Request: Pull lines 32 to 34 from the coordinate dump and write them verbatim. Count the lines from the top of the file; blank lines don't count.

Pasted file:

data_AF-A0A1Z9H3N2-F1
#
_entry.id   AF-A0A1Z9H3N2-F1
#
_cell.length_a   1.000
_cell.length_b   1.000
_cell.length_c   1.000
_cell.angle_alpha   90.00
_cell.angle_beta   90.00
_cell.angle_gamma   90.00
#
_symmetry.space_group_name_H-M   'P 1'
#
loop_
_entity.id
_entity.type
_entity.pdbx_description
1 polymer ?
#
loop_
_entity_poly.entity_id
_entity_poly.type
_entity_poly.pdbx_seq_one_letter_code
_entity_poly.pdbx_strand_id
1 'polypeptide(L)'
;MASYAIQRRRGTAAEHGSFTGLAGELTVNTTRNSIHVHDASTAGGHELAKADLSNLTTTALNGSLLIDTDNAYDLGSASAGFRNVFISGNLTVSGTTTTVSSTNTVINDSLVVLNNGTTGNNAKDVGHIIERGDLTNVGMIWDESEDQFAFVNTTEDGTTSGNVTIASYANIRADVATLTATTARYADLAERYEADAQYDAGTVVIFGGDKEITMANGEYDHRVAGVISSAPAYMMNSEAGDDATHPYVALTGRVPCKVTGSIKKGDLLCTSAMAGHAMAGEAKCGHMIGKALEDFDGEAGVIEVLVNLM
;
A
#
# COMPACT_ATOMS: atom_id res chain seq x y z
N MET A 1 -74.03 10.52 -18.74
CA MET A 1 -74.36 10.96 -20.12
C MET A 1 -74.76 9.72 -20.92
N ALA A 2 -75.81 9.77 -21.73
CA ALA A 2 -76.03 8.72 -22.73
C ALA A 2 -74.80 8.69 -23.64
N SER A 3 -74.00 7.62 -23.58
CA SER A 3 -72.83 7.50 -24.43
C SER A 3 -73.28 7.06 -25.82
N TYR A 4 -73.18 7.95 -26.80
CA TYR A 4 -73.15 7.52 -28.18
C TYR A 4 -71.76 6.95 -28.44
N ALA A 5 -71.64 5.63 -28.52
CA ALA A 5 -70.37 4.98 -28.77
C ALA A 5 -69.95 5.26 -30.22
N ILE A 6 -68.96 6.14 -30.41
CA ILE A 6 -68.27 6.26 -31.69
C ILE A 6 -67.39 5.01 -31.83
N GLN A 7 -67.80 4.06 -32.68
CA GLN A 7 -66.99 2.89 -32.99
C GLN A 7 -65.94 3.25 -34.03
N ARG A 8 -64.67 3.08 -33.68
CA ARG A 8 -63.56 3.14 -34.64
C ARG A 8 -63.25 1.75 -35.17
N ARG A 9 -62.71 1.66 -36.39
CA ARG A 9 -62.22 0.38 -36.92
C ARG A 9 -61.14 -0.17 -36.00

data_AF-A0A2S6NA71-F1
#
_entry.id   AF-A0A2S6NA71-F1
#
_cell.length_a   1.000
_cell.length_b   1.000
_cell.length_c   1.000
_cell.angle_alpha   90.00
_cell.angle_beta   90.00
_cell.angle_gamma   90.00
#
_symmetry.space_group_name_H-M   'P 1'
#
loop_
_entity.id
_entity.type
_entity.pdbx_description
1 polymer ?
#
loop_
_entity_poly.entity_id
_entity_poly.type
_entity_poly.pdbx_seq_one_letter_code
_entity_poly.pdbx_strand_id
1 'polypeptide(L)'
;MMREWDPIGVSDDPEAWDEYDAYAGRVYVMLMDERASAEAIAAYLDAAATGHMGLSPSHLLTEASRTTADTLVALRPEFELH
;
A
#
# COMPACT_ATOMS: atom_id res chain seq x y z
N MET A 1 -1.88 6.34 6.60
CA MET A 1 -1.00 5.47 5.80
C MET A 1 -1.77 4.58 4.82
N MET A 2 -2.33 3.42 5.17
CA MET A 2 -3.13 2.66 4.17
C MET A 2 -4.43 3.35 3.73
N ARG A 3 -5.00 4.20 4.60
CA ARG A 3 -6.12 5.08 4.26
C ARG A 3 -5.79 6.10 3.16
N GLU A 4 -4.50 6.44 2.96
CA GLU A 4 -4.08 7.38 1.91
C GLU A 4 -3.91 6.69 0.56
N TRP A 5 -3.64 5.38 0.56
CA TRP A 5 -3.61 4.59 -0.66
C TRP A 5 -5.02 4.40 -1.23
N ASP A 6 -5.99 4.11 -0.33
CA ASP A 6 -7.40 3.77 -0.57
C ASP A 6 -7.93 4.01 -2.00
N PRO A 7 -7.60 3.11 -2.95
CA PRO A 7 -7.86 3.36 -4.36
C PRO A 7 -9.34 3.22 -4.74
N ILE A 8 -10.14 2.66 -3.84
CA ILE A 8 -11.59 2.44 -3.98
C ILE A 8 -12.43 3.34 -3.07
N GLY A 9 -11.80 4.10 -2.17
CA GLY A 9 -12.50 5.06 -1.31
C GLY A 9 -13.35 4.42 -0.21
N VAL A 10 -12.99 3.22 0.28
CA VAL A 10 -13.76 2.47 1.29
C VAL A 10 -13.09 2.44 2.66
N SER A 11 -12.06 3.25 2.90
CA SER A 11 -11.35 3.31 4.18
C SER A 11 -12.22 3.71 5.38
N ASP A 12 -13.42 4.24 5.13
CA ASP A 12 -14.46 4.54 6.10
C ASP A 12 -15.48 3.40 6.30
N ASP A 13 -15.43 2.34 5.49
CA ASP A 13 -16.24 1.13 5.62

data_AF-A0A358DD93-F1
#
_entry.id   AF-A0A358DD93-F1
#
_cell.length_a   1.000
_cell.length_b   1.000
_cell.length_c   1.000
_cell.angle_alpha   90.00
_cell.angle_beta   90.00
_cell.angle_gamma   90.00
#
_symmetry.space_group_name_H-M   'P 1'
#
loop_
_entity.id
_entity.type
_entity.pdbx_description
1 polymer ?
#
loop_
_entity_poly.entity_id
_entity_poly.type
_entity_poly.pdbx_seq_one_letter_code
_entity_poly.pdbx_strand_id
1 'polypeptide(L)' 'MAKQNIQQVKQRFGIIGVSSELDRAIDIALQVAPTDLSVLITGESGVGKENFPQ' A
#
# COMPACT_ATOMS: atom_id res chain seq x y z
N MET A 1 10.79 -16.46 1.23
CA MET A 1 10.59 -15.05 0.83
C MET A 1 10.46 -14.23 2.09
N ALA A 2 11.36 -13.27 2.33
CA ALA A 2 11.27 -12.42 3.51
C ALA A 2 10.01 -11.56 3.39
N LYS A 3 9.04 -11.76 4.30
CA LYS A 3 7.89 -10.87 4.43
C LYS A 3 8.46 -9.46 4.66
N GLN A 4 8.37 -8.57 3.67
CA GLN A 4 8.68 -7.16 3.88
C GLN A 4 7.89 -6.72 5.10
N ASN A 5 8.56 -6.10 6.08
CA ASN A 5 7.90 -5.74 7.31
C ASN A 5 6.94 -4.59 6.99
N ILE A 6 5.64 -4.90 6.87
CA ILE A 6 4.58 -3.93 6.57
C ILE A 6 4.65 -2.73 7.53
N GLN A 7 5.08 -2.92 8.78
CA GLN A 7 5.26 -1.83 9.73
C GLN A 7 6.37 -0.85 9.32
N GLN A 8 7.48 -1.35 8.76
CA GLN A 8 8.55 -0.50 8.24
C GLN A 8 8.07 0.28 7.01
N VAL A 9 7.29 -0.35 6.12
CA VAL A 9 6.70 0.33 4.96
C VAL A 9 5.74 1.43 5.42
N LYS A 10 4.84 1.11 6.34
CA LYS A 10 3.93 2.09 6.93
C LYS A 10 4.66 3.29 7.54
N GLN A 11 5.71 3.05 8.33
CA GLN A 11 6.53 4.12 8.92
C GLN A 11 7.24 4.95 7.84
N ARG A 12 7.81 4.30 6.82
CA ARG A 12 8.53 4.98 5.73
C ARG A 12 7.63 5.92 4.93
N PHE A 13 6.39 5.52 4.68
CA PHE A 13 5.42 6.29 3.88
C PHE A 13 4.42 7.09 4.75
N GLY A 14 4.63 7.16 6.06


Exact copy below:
CA MET A 1 -74.36 10.96 -20.12
C MET A 1 -74.76 9.72 -20.92
N ALA A 2 -75.81 9.77 -21.73